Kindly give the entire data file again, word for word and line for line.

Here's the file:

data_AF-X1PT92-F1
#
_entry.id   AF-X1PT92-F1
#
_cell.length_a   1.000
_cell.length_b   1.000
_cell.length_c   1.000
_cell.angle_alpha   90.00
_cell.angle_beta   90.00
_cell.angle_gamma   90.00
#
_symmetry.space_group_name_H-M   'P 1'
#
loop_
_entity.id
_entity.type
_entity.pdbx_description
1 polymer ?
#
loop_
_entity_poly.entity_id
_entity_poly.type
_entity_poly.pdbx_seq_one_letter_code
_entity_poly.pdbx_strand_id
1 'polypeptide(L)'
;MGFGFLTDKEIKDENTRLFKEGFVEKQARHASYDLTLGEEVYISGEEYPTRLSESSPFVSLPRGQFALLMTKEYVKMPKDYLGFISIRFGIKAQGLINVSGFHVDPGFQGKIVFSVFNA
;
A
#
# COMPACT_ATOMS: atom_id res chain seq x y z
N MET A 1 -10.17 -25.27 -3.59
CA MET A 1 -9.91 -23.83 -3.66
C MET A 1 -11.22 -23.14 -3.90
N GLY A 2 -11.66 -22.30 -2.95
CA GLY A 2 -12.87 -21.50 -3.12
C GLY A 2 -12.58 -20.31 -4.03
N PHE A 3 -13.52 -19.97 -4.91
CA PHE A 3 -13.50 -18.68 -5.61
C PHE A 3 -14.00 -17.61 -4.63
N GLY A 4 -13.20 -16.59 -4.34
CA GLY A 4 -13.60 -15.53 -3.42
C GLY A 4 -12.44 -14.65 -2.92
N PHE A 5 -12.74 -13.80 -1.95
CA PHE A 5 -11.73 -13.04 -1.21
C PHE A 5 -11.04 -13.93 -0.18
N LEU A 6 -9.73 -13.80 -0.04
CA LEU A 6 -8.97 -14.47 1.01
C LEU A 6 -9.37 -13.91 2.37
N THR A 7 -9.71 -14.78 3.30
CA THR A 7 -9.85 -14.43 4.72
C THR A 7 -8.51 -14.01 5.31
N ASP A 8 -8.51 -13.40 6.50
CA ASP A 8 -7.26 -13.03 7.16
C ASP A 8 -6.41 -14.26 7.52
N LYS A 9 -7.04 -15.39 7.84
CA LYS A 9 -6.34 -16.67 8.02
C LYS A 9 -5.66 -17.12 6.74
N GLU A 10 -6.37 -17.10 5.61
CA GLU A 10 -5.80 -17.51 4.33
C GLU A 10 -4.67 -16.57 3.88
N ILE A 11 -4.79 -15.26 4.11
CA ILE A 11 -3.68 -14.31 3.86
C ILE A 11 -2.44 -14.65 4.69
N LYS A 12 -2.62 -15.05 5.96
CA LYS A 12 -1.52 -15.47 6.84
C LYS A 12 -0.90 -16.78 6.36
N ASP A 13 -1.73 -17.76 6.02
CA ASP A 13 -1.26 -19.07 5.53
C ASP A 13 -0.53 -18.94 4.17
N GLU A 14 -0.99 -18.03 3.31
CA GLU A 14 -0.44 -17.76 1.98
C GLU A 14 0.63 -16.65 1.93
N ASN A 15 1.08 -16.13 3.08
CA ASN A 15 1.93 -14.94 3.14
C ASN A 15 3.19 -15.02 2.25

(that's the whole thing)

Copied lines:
data_AF-X1PT92-F1
#
_entry.id   AF-X1PT92-F1
#
_cell.length_a   1.000
_cell.length_b   1.000
_cell.length_c   1.000
_cell.angle_alpha   90.00
_cell.angle_beta   90.00
_cell.angle_gamma   90.00
#
_symmetry.space_group_name_H-M   'P 1'
#
loop_
_entity.id
_entity.type
_entity.pdbx_description
1 polymer ?
#
loop_
_entity_poly.entity_id
_entity_poly.type
_entity_poly.pdbx_seq_one_letter_code
_entity_poly.pdbx_strand_id
1 'polypeptide(L)'
;MGFGFLTDKEIKDENTRLFKEGFVEKQARHASYDLTLGEEVYISGEEYPTRLSESSPFVSLPRGQFALLMTKEYVKMPKDYLGFISIRFGIKAQGLINVSGFHVDPGFQGKIVFSVFNA
;
A
#
# COMPACT_ATOMS: atom_id res chain seq x y z
N MET A 1 -10.17 -25.27 -3.59
CA MET A 1 -9.91 -23.83 -3.66
C MET A 1 -11.22 -23.14 -3.90
N GLY A 2 -11.66 -22.30 -2.95
CA GLY A 2 -12.87 -21.50 -3.12
C GLY A 2 -12.58 -20.31 -4.03
N PHE A 3 -13.52 -19.97 -4.91
CA PHE A 3 -13.50 -18.68 -5.61
C PHE A 3 -14.00 -17.61 -4.63
N GLY A 4 -13.20 -16.59 -4.34
CA GLY A 4 -13.60 -15.53 -3.42
C GLY A 4 -12.44 -14.65 -2.92
N PHE A 5 -12.74 -13.80 -1.95
CA PHE A 5 -11.73 -13.04 -1.21
C PHE A 5 -11.04 -13.93 -0.18
N LEU A 6 -9.73 -13.80 -0.04
CA LEU A 6 -8.97 -14.47 1.01
C LEU A 6 -9.37 -13.91 2.37
N THR A 7 -9.71 -14.78 3.30
CA THR A 7 -9.85 -14.43 4.72
C THR A 7 -8.51 -14.01 5.31
N ASP A 8 -8.51 -13.40 6.50
CA ASP A 8 -7.26 -13.03 7.16
C ASP A 8 -6.41 -14.26 7.52
N LYS A 9 -7.04 -15.39 7.84
CA LYS A 9 -6.34 -16.67 8.02
C LYS A 9 -5.66 -17.12 6.74
N GLU A 10 -6.37 -17.10 5.61
CA GLU A 10 -5.80 -17.51 4.33
C GLU A 10 -4.67 -16.57 3.88
N ILE A 11 -4.79 -15.26 4.11
CA ILE A 11 -3.68 -14.31 3.86
C ILE A 11 -2.44 -14.65 4.69
N LYS A 12 -2.62 -15.05 5.96
CA LYS A 12 -1.52 -15.47 6.84
C LYS A 12 -0.90 -16.78 6.36
N ASP A 13 -1.73 -17.76 6.02
CA ASP A 13 -1.26 -19.07 5.53
C ASP A 13 -0.53 -18.94 4.17
N GLU A 14 -0.99 -18.03 3.31
CA GLU A 14 -0.44 -17.76 1.98
C GLU A 14 0.63 -16.65 1.93
N ASN A 15 1.08 -16.13 3.08
CA ASN A 15 1.93 -14.94 3.14
C ASN A 15 3.19 -15.02 2.25